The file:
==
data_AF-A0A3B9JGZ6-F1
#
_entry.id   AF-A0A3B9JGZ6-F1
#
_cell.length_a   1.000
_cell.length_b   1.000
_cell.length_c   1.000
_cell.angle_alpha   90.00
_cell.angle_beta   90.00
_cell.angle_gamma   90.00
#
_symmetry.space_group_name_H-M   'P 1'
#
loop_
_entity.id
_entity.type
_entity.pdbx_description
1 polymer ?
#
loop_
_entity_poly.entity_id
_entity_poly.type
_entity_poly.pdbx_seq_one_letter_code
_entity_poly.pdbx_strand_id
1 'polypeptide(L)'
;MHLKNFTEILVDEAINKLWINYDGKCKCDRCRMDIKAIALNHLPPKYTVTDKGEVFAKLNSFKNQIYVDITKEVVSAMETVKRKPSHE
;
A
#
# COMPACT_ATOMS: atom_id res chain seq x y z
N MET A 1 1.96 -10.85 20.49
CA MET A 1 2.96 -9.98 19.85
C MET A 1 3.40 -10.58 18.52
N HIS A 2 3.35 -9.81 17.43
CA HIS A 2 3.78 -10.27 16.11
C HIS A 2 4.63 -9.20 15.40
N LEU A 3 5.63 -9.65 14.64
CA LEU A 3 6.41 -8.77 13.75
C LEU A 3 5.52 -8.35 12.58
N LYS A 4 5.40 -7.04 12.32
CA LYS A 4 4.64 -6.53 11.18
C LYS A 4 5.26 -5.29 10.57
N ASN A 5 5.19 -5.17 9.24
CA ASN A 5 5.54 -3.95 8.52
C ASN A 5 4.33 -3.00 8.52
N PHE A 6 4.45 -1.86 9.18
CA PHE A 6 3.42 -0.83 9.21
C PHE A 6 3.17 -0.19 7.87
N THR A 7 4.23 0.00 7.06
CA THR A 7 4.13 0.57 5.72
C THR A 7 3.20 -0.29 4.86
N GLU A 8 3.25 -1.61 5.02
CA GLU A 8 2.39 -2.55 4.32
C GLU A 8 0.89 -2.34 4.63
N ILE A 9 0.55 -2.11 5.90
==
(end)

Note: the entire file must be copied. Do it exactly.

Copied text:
data_AF-A0A3B9JGZ6-F1
#
_entry.id   AF-A0A3B9JGZ6-F1
#
_cell.length_a   1.000
_cell.length_b   1.000
_cell.length_c   1.000
_cell.angle_alpha   90.00
_cell.angle_beta   90.00
_cell.angle_gamma   90.00
#
_symmetry.space_group_name_H-M   'P 1'
#
loop_
_entity.id
_entity.type
_entity.pdbx_description
1 polymer ?
#
loop_
_entity_poly.entity_id
_entity_poly.type
_entity_poly.pdbx_seq_one_letter_code
_entity_poly.pdbx_strand_id
1 'polypeptide(L)'
;MHLKNFTEILVDEAINKLWINYDGKCKCDRCRMDIKAIALNHLPPKYTVTDKGEVFAKLNSFKNQIYVDITKEVVSAMETVKRKPSHE
;
A
#
# COMPACT_ATOMS: atom_id res chain seq x y z
N MET A 1 1.96 -10.85 20.49
CA MET A 1 2.96 -9.98 19.85
C MET A 1 3.40 -10.58 18.52
N HIS A 2 3.35 -9.81 17.43
CA HIS A 2 3.78 -10.27 16.11
C HIS A 2 4.63 -9.20 15.40
N LEU A 3 5.63 -9.65 14.64
CA LEU A 3 6.41 -8.77 13.75
C LEU A 3 5.52 -8.35 12.58
N LYS A 4 5.40 -7.04 12.32
CA LYS A 4 4.64 -6.53 11.18
C LYS A 4 5.26 -5.29 10.57
N ASN A 5 5.19 -5.17 9.24
CA ASN A 5 5.54 -3.95 8.52
C ASN A 5 4.33 -3.00 8.52
N PHE A 6 4.45 -1.86 9.18
CA PHE A 6 3.42 -0.83 9.21
C PHE A 6 3.17 -0.19 7.87
N THR A 7 4.23 0.00 7.06
CA THR A 7 4.13 0.57 5.72
C THR A 7 3.20 -0.29 4.86
N GLU A 8 3.25 -1.61 5.02
CA GLU A 8 2.39 -2.55 4.32
C GLU A 8 0.89 -2.34 4.63
N ILE A 9 0.55 -2.11 5.90